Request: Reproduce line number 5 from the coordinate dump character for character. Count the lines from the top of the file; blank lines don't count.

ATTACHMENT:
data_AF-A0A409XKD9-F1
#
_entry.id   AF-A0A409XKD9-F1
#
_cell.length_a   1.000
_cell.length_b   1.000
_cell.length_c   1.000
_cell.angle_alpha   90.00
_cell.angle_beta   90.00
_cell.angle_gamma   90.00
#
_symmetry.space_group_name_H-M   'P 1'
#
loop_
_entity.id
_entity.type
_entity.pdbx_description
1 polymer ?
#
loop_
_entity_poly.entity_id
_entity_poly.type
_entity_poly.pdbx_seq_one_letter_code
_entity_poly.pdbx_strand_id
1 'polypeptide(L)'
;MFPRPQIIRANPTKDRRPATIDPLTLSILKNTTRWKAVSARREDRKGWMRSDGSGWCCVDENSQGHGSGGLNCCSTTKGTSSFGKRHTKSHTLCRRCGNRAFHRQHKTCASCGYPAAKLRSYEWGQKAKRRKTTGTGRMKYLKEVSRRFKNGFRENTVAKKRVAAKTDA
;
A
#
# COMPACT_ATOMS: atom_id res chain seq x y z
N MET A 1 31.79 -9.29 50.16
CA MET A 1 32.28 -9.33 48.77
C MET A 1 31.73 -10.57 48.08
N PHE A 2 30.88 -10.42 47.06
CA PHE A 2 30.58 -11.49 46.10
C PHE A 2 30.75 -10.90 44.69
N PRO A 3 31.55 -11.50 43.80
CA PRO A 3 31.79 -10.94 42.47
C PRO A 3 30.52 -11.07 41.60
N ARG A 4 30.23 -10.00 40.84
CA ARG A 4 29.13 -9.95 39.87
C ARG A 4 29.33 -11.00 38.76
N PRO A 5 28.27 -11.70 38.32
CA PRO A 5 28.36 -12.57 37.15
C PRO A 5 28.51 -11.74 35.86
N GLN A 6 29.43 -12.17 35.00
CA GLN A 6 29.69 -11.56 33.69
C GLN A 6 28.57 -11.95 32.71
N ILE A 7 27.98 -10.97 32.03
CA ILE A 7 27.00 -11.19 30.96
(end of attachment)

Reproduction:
_cell.length_a   1.000